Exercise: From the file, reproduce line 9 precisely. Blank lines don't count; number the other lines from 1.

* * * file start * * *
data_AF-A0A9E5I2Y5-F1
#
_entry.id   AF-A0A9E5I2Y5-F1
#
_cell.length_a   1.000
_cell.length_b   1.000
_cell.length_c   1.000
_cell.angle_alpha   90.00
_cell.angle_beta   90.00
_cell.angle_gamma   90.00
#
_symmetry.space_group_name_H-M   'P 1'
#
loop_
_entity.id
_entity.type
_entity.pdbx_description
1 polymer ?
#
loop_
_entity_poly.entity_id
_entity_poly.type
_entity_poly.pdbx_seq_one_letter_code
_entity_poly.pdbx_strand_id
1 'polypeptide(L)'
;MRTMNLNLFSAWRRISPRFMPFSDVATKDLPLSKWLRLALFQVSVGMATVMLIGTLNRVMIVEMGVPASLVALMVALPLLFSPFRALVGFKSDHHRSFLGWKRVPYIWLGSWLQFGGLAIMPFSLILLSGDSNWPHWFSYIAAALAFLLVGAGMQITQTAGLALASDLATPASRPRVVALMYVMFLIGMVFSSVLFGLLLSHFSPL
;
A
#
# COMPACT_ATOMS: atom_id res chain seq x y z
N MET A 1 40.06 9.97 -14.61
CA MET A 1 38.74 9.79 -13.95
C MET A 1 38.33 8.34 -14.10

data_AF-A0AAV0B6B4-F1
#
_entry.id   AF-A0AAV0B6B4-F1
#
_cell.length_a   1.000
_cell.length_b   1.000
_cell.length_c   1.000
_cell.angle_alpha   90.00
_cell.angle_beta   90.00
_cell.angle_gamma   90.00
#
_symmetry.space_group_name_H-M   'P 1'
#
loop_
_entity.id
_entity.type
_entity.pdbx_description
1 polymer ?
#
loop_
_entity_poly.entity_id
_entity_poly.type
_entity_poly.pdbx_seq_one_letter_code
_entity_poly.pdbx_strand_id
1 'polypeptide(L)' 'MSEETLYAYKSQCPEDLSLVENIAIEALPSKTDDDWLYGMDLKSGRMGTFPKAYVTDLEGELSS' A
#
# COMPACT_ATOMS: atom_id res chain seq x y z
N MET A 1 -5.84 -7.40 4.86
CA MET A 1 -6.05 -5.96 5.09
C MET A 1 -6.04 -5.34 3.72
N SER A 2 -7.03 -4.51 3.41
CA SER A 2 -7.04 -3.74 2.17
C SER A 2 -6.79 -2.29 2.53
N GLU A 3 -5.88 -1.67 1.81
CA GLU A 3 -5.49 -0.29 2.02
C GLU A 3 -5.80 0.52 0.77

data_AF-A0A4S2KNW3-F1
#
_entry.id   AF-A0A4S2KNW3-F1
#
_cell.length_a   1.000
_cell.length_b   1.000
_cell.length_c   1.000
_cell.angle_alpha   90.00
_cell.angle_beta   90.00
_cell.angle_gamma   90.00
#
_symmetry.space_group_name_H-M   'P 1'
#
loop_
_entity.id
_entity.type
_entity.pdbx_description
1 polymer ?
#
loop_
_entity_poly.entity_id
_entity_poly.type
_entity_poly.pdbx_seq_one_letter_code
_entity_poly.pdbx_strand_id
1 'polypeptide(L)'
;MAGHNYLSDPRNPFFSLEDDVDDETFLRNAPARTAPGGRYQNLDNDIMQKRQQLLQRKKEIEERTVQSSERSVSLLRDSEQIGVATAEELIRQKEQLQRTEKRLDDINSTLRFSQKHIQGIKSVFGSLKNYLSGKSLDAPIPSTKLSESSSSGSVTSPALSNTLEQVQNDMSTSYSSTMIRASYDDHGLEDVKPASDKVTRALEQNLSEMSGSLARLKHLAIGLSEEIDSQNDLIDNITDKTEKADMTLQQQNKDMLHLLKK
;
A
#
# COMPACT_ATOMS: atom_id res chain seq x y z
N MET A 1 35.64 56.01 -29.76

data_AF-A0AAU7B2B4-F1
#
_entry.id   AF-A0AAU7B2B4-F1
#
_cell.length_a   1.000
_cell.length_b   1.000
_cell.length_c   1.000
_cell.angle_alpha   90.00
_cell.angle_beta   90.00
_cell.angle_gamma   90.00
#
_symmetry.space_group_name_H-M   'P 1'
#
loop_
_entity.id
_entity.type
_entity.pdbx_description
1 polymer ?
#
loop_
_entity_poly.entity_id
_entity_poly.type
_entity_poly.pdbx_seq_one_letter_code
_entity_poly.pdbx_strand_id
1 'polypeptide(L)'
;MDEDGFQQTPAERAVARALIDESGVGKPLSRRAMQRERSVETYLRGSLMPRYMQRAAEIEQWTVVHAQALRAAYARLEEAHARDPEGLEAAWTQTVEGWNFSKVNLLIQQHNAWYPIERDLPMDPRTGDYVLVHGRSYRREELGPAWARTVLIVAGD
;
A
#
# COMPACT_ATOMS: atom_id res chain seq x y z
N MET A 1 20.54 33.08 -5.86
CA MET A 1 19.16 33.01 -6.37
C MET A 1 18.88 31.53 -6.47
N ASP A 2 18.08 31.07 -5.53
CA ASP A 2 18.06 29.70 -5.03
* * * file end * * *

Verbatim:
_cell.angle_beta   90.00